And they said to him, ‘Grant us to sit, one at
your right hand and one at your left, in your glory.’
It will not be so among you; but whoever wishes to be great among you must be your servant.
Action director Sam Raimi’s sort of prequel to The Wizard of Oz has elicited a very mixed reaction from critics and fans, as well as we might expect. After all, the 1939 film is such a classic embedded in the hearts of sev eral generations of fan through its frequent appearances on broadcast and cable TV that only the most daring of filmmakers would take on Frank Baum’s iconic characters. (Note that later this year a remake of the classic is scheduled to be released, entitled L. Frank Baum’s The Wonderful Wizard of Oz, by first time director Clayton Spinney! Yes, you read right, this director is beginning his directorial career by remaking the classic!)
Like the original film, Raimi’s starts out in Kansas as a black and white film. It centers, however, not upon a little girl, but on the man who will become the Wizard, Oscar Diggs (James Franco). Calling himself Oz, Oscar is a conman/magician performing in the Baum Circus. In each town the cad breaks the heart of attractive young women by wooing and abandoning them. When accosted by the strong man husband of his current conquest, he escapes in a balloon, is caught up in a tornado, and whisked to the magical land that is dominated by an evil witch, said to be Glinda (Michelle Williams). Or so says the glamorous witch he first meets Theodora (Mila Kunis). He also meets and picks up as followers Finlay, a flying monkey (voiced by Zach Braff) and China Doll (voiced by Joey King). Thanks to CGI, there are gorgeous giant flowers, a yellow brick road, and of course, the Emerald City.
Turns out however that it’s a third witch Evanora (Rachel Weisz) who is actually the evil witch—all three are sisters, but loving ones. Finlay and China Doll believe that Oz is the one predicted to come and save the land, but Oz, though he knows some good magic tricks, is far from being a savior. At the beginning of the movie he tells the girl he is rejecting (also played by Michelle Willaims) that he does not want to be a good man; he wants to be a great and powerful one. He repeats this to Glinda, who replies, “You’re capable of more than you know…” We might see in this the theme of the film, the transformation of a power-grabber into a server of others. The other famous character that comes to mind at this point is Hans Solo in Star Wars who also moves from self-centeredness to other-centeredness.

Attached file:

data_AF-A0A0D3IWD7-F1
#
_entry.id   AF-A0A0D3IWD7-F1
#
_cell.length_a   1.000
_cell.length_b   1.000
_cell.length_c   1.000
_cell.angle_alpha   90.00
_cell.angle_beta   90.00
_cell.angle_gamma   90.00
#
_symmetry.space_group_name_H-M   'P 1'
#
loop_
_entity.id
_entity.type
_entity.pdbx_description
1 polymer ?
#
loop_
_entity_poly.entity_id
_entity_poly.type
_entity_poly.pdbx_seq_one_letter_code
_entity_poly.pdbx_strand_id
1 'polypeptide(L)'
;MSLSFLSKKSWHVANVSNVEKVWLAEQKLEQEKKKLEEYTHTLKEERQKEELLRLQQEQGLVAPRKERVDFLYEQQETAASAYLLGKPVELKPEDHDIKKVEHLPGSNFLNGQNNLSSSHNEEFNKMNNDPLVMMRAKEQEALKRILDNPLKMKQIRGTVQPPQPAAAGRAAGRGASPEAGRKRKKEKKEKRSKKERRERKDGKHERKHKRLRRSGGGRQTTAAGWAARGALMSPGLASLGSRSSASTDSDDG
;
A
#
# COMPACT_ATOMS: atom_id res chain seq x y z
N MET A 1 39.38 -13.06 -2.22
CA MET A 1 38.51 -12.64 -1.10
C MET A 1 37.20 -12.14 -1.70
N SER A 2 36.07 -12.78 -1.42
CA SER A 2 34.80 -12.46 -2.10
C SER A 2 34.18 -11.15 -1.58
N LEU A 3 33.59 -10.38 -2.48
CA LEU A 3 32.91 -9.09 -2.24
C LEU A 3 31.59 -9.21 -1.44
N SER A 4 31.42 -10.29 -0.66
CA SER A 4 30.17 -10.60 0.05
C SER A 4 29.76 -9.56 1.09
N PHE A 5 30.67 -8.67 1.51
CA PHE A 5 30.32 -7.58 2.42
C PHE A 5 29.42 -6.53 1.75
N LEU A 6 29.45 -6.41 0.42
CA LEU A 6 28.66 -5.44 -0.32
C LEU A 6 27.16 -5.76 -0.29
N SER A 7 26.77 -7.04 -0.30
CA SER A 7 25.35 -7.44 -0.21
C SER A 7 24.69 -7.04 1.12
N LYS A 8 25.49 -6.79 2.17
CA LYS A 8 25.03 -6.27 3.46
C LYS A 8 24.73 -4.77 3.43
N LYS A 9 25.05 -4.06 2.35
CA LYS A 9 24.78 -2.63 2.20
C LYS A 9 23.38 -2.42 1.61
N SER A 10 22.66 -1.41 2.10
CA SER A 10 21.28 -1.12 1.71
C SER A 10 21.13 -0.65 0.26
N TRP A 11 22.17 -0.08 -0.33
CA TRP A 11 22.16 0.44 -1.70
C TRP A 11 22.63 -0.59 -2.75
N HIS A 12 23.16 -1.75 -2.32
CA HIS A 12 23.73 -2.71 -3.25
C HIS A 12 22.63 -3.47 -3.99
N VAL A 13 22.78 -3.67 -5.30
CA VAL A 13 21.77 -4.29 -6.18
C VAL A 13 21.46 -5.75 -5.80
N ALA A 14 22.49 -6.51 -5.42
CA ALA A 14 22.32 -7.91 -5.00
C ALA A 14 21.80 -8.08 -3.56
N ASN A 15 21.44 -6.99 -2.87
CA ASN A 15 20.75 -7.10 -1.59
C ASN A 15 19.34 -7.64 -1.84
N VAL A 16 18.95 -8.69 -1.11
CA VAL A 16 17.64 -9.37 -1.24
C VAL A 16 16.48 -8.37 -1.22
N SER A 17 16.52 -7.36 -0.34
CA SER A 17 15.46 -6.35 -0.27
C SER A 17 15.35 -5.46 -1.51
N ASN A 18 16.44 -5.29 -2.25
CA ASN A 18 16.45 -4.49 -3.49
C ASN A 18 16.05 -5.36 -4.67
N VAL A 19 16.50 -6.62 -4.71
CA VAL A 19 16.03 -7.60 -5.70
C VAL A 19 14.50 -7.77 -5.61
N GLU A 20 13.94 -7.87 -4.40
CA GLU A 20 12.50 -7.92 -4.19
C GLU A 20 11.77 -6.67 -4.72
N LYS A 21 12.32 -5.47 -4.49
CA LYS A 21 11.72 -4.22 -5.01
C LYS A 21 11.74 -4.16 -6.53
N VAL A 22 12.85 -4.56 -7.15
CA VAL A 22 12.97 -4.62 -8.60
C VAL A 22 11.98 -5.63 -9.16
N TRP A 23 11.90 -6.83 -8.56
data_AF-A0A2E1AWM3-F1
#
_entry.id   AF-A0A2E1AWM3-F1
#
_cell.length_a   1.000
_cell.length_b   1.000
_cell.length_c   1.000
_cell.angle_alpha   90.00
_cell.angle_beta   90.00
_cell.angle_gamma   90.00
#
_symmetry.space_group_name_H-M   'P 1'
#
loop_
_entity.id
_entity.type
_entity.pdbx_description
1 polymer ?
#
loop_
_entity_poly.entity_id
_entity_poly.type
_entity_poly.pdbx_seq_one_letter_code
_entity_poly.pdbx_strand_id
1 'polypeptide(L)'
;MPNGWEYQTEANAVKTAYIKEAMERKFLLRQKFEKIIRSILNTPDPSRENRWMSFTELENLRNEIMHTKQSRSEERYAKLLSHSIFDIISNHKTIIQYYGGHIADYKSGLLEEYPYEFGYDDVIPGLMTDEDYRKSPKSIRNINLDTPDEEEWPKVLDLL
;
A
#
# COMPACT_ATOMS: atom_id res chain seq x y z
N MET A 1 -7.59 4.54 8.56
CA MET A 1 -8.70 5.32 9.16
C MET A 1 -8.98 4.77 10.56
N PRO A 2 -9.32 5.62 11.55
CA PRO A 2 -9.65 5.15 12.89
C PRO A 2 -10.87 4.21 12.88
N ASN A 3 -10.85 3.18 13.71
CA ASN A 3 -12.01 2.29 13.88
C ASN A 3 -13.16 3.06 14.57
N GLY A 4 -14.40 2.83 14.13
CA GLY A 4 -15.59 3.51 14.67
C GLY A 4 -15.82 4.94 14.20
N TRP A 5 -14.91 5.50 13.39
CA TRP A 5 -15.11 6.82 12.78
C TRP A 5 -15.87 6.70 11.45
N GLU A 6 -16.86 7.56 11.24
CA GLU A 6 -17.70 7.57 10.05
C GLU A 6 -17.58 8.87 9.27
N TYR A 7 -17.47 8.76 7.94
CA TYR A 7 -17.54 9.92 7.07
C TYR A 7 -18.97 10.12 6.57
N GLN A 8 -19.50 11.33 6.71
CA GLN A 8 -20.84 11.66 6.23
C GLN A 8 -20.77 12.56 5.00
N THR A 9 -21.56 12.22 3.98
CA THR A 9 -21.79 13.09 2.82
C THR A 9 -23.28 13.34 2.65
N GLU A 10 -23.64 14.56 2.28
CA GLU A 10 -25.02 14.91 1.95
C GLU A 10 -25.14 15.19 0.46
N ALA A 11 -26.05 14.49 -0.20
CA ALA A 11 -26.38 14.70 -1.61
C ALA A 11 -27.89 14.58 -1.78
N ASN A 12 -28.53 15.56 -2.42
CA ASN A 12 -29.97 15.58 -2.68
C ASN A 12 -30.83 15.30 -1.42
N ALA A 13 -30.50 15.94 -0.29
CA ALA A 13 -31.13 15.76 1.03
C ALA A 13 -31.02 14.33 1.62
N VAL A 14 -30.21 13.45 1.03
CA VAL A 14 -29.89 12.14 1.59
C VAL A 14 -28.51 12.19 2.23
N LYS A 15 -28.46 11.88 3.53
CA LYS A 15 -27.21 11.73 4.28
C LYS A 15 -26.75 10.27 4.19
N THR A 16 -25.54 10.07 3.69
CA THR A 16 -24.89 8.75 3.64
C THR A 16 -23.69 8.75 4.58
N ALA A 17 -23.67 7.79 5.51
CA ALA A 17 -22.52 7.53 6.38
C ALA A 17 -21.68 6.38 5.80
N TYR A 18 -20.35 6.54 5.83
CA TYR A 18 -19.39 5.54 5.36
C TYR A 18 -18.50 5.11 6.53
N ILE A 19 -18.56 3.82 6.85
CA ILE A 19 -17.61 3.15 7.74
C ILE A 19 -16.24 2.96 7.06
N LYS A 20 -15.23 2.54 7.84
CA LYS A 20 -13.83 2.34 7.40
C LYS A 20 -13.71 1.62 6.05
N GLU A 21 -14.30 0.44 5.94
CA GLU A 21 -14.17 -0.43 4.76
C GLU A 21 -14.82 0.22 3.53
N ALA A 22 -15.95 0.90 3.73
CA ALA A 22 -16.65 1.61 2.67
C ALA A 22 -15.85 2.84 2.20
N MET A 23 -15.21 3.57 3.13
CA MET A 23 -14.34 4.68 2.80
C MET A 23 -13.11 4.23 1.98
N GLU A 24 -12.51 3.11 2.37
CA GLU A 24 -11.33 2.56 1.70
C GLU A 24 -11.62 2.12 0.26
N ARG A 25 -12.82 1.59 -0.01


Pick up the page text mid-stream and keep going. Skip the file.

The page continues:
I was intrigued by Oz’s admiration and use of the genius of that time (the film is set in 1905), Thomas Alva Edison, inventor of the phonograph and motion picture. Oz reasons that if he lacks the magical powers of the witches, he can still use his knowledge of Edison’s inventions to save the day. With the help of his new friends he sets up a workshop similar to that of the Wizard of Menlo Park (as Edison was called in his time, Menlo, NJ being the site of his famous laboratory) to produce the machines that will create an illusion of his all powerfulness. (Interestingly, the managers of Turner Classic Movies scheduled the showing of the films Young Tom Edison and Edison the Man for showing during the opening days of Raimi’s film, not by accident I am sure.)
The film might lack the wonder of the original Wizard, but it still will hold the attention of young and old, even providing opportunities to talk about goodness and power and life as a matter of serving rather than getting.
1. What kind of a man is Oscar at first? Who or what is first in his life? How is he like the two disciples in the above passage from Mark?
2. Oscar says that he does not want to be a good man but a great man. What do you think he means by “great man” ? Can there be greatness without goodness? What does Jesus say about being “great” ? Do you think the world even now really “gets” what he taught? What are your reasons?
3. Compare the three witches. How is Oscar like two of them at first?
4. How does Oz begin to change when Finlay and China Doll start following him? How is this often the case, that other people bring out our better qualities? Our culture teaches the primacy of the “bad apple” spoiling the good ones, but what about the good transforming the bad? (Or, perhaps, the attractiveness of the good?)
5. How does the film show that knowledge can be better than raw physical or magical powers?